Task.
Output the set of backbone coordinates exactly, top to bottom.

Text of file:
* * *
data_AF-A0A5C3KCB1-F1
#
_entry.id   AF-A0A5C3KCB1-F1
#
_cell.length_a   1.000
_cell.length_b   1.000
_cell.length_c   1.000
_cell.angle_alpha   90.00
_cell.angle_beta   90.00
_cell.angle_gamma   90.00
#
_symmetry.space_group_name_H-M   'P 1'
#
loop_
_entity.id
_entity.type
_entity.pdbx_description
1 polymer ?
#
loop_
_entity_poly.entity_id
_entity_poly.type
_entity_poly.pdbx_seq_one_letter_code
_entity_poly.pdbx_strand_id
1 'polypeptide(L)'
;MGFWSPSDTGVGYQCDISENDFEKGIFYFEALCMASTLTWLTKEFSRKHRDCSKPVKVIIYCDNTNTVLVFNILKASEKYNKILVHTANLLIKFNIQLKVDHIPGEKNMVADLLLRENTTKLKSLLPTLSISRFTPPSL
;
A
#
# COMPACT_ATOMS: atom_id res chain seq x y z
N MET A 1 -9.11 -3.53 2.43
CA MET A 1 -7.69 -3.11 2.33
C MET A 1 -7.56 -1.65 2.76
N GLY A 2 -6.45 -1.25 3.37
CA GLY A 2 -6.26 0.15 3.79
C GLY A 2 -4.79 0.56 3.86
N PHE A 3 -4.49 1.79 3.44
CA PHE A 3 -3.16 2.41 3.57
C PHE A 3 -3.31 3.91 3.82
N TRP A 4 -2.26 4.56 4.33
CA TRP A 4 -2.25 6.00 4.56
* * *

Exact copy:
data_AF-A0A5C3KCB1-F1
#
_entry.id   AF-A0A5C3KCB1-F1
#
_cell.length_a   1.000
_cell.length_b   1.000
_cell.length_c   1.000
_cell.angle_alpha   90.00
_cell.angle_beta   90.00
_cell.angle_gamma   90.00
#
_symmetry.space_group_name_H-M   'P 1'
#
loop_
_entity.id
_entity.type
_entity.pdbx_description
1 polymer ?
#
loop_
_entity_poly.entity_id
_entity_poly.type
_entity_poly.pdbx_seq_one_letter_code
_entity_poly.pdbx_strand_id
1 'polypeptide(L)'
;MGFWSPSDTGVGYQCDISENDFEKGIFYFEALCMASTLTWLTKEFSRKHRDCSKPVKVIIYCDNTNTVLVFNILKASEKYNKILVHTANLLIKFNIQLKVDHIPGEKNMVADLLLRENTTKLKSLLPTLSISRFTPPSL
;
A
#
# COMPACT_ATOMS: atom_id res chain seq x y z
N MET A 1 -9.11 -3.53 2.43
CA MET A 1 -7.69 -3.11 2.33
C MET A 1 -7.56 -1.65 2.76
N GLY A 2 -6.45 -1.25 3.37
CA GLY A 2 -6.26 0.15 3.79
C GLY A 2 -4.79 0.56 3.86
N PHE A 3 -4.49 1.79 3.44
CA PHE A 3 -3.16 2.41 3.57
C PHE A 3 -3.31 3.91 3.82
N TRP A 4 -2.26 4.56 4.33
CA TRP A 4 -2.25 6.00 4.56